The Milwaukee Police Department faces the possible closure of an entire district as the city struggles with a budget crisis that could extend into the near future.
Next year, the city must deal with a $156 million budget shortfall, and that belt tightening could stretch beyond that, WISN-TV reports. City officials were asked this week to map out 25% budget cuts for their departments, and that would mean the police department would have to do without $75 million and over 400 employees for 2024.
In order to reach that goal, the department is putting all areas of operation under a fiscal microscope to see where any budgetary fat can be trimmed. One possibility would be to completely shut down the department's District 6, which receives the fewest number of police calls in the city.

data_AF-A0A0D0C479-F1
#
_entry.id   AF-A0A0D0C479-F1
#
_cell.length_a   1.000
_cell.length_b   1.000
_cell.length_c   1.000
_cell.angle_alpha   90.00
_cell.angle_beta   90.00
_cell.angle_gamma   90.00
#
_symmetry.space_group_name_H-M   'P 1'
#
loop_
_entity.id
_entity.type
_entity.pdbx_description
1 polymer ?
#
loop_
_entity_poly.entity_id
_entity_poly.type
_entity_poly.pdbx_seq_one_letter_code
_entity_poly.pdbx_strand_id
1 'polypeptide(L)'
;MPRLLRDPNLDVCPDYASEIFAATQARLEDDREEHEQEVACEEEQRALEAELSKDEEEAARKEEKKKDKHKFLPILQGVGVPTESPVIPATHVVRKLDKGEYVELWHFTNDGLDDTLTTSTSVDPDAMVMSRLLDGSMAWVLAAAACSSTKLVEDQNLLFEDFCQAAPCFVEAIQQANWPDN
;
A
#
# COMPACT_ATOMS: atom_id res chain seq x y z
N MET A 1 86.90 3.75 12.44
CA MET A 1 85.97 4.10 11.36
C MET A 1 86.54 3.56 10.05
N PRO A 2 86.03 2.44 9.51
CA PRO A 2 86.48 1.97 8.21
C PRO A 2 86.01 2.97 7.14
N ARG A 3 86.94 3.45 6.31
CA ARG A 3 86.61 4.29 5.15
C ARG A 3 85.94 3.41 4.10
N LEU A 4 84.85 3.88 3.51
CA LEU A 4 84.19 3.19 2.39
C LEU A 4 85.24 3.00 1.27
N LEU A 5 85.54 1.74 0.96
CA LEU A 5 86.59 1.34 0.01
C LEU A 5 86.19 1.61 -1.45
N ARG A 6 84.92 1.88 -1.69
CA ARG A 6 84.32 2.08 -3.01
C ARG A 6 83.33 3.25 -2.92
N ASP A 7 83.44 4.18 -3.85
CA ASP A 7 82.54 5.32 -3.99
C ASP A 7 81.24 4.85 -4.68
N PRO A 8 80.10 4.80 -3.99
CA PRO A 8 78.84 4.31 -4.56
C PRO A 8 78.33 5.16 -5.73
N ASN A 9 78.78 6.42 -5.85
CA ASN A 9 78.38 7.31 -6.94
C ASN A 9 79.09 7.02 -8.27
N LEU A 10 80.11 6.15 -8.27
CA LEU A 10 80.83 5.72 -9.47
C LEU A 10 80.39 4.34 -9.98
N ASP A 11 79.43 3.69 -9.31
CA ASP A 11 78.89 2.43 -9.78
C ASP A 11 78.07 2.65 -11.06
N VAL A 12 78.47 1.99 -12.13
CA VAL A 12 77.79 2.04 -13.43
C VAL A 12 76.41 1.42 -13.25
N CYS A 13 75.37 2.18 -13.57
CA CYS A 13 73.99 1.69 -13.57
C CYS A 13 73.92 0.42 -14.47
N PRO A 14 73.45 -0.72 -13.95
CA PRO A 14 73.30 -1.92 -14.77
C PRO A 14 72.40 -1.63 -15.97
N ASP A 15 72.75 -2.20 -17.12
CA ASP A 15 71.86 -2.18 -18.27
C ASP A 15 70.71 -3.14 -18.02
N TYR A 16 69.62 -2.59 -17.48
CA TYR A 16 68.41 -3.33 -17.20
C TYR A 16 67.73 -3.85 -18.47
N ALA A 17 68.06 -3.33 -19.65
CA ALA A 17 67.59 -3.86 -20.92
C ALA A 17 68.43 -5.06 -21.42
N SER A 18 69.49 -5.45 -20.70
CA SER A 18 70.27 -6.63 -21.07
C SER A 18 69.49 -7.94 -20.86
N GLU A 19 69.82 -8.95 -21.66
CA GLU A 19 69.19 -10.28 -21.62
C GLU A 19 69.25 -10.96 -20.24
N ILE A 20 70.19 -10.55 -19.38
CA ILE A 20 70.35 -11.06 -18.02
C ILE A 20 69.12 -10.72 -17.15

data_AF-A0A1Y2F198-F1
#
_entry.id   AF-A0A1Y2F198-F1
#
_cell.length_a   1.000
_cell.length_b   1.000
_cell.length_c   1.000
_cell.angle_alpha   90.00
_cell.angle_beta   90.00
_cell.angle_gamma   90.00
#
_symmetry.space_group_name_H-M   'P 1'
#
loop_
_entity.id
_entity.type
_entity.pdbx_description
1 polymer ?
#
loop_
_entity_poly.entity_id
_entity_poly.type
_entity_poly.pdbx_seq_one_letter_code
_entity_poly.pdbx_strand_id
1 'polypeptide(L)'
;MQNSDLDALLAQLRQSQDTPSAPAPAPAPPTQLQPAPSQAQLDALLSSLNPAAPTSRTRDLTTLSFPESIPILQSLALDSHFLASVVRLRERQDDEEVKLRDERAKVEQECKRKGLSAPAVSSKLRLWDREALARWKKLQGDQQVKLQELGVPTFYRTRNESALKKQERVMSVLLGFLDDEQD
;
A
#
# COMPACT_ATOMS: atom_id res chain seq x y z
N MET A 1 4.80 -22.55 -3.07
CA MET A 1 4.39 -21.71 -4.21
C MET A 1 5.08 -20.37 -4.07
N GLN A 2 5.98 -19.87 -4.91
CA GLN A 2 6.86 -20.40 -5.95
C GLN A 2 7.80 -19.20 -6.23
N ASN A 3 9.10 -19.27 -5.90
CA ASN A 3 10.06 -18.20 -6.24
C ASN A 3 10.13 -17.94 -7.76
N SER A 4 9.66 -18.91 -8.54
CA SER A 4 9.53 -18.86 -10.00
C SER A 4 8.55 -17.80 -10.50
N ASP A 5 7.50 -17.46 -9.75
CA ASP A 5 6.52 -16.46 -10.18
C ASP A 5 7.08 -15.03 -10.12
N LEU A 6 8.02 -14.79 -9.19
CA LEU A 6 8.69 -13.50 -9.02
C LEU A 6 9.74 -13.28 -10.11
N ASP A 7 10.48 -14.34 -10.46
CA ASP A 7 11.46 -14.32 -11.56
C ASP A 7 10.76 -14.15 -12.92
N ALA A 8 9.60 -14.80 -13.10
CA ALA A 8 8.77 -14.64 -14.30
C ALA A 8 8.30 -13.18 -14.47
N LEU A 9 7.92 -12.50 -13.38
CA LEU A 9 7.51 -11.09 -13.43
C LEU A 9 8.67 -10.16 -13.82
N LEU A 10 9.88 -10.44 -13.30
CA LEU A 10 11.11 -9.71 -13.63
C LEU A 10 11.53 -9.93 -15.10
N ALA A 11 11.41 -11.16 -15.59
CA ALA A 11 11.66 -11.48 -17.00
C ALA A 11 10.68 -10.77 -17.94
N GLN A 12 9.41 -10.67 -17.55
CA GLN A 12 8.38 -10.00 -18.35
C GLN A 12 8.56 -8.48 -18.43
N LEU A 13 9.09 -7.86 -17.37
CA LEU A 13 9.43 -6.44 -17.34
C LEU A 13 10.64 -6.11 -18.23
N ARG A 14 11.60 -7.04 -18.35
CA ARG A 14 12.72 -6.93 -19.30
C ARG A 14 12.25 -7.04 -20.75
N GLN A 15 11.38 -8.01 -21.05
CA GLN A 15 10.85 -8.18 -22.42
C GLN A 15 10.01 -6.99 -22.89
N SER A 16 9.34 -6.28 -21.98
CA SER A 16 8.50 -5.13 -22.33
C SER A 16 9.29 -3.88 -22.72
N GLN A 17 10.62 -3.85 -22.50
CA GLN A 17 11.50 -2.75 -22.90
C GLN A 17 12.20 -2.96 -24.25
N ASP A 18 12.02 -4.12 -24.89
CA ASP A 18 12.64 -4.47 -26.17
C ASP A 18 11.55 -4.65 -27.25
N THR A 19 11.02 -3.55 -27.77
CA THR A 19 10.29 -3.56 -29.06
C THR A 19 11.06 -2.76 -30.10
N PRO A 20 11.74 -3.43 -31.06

Assistant Police Chief Nicole Waldner floated the idea of potentially eliminating the district during the city's Steering and Rules Committee meeting Monday. The "inevitable closure of District Six" also was outlined in a police staff memo obtained by WISN.
"Over my dead body," said Alderman Mark Borkowski about possibly shutting down the police district in the area he represents.
If District 6 is spared, the department could find savings elsewhere. A District 4 late shift on the city's northwest side and the department's Traffic Safety Unit that combats reckless driving also could be on the chopping block.
But any belt-tightening done for next year doesn't mean the city is out of the woods for 2025 and beyond. Painful cuts will need to continue unless Mayor Cavalier Johnson officials find alternative revenue streams for the municipality, such as a possible city sales tax, a measure that would need state approval before it could be put on a ballot for voters.
"The gloomiest days are ahead of us when really we should be building for the future," said Alderwoman Marina Dimitrijevic said .